Friday, May 4, 2012

What is important and what is not.


It is in stark contrast, how the rich differ from the poor. The extravagance is so appalling. I have seen poor schools back home. I have seen their resources and how people study there. It was only recently that I saw a "rich" school. It raised a number of questions in me. What is the need for an XBOX 360 and LCD Tvs in a school? Why do people put money in buying xbox 360s in schools when many schools do not have benches for people to sit on? Who needs to learn the art of bowling and para sailing when other people do not have a foot ball to play with? How is the rich privileged to do what ever they want and the poor need to have do with whatever little they have? Why is it that it is the rich who complain and poor are content with what they have despite the responsibilities they shoulder, burdened upon them by the rich? How can the rich take ownership of the "resources" that is bestowed upon all of us by mother nature? How can mother nature be partial?

Can mother nature be partial to her children? A mother loves all her children equally. So the greatest wealth she provides her children must be equal to all. This means that all these "resources" owned by the rich are not important to her. The gold and diamonds are just stones in her eyes. It doesn't matter to her when a few of her children get to play with shiny stones while others don't because they are just stones. She knows the air we breath is important and she gives it to everyone equally. She knows water is important and which she does provide for all her children. There is an Oasis even in a desert.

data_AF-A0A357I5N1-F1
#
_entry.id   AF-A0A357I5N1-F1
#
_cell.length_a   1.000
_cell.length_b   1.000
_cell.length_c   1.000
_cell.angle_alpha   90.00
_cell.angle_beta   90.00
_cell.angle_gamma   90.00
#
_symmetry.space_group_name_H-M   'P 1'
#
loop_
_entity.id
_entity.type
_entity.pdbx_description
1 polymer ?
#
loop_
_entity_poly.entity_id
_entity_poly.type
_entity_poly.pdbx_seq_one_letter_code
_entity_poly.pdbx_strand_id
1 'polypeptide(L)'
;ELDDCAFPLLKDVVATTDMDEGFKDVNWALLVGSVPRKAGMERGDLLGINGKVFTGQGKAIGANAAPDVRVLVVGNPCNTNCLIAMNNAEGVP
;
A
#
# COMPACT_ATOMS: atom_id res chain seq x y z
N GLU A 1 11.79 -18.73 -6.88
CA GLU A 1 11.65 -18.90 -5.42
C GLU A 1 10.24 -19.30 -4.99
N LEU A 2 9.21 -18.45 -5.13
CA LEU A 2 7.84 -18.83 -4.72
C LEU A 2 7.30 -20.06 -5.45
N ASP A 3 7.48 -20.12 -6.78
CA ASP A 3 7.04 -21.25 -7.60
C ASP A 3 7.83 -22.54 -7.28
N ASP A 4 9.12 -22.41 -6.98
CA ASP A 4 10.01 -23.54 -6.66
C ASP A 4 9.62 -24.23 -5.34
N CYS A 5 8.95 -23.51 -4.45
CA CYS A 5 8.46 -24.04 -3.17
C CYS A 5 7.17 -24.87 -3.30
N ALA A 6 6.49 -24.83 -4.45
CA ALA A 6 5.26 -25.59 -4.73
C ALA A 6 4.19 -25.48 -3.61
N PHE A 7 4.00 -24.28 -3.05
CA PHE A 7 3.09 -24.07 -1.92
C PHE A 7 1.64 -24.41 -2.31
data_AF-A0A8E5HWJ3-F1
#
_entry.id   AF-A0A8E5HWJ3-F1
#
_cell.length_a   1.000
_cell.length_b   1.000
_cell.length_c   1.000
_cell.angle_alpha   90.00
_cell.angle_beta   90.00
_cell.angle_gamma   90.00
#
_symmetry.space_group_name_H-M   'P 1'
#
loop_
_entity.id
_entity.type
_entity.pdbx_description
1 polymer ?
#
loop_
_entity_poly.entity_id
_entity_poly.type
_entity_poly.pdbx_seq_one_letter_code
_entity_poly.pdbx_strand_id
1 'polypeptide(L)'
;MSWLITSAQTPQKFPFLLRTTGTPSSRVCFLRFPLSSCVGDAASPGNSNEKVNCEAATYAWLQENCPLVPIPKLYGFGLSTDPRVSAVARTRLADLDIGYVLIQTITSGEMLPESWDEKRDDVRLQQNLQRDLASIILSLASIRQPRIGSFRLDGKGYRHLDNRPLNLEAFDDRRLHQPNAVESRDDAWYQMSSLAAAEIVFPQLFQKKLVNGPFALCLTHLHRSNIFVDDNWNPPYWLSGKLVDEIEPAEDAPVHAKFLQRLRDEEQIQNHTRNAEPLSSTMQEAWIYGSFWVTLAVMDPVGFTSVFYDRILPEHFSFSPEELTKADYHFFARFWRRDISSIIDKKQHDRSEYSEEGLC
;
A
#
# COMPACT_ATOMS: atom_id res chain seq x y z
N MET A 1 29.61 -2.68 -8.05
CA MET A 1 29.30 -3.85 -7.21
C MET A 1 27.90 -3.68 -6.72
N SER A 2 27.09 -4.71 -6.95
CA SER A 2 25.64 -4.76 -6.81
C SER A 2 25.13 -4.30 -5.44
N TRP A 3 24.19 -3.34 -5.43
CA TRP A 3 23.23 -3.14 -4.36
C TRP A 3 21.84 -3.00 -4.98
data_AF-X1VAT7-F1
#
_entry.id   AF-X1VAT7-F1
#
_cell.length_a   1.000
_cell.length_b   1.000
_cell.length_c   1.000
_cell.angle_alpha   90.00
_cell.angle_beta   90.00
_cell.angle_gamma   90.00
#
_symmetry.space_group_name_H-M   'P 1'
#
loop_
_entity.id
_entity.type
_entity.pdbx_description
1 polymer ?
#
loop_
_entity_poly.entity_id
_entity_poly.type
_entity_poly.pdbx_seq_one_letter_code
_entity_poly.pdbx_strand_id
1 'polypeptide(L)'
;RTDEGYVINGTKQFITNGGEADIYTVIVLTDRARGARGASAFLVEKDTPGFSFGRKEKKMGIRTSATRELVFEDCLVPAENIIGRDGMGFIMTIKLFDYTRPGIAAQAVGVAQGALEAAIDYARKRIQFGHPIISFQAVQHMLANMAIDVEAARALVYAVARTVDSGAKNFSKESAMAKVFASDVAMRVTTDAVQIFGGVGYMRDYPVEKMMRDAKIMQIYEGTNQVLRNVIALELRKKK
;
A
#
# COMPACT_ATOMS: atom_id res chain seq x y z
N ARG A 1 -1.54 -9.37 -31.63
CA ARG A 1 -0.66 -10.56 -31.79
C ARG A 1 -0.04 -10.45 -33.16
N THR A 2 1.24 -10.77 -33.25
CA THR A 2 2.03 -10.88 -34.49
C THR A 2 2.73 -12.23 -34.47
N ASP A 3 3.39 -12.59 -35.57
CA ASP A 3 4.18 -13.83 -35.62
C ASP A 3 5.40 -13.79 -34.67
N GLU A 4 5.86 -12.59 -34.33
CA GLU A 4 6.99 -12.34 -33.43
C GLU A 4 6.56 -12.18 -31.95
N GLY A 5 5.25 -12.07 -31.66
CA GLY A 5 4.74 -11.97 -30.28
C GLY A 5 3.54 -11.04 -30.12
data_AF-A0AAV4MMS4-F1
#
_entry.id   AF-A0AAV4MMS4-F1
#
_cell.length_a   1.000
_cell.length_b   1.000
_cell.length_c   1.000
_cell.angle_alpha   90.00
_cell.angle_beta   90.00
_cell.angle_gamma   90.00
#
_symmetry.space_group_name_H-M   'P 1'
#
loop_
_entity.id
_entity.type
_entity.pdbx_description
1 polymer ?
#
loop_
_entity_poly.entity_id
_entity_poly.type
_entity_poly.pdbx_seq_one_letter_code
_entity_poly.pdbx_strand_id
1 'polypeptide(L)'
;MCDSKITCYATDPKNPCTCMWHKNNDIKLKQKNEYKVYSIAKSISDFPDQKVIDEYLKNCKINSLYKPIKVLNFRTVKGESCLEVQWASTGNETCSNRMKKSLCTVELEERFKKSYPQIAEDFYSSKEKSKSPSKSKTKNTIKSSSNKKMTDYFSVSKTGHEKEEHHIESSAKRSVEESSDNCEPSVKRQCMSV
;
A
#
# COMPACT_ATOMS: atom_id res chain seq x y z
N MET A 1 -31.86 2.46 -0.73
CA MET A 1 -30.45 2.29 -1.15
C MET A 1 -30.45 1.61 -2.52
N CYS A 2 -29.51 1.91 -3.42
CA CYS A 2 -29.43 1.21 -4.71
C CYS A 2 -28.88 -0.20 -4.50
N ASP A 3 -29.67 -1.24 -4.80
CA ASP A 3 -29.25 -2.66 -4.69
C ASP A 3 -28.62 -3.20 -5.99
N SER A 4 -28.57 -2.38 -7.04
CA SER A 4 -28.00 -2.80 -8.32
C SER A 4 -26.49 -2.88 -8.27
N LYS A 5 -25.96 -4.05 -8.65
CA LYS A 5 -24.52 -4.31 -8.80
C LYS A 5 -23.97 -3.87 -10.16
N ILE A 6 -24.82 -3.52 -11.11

There lies the fundamental answer to all the questions. What is important and what is not. The greatest wealth provided by nature are free for everyone to take. They are available for everyone equally. This wealth is common for all and cannot be taken away from man. It can only be given in abundance. The greatest resource is knowledge. It is knowledge that we must be after. Not extravagant richness and hanging chandeliers. Not huge houses or expensive cars but simple elegant knowledge. Obtaining knowledge is the means and it is the end, moving us from ignorance into light.

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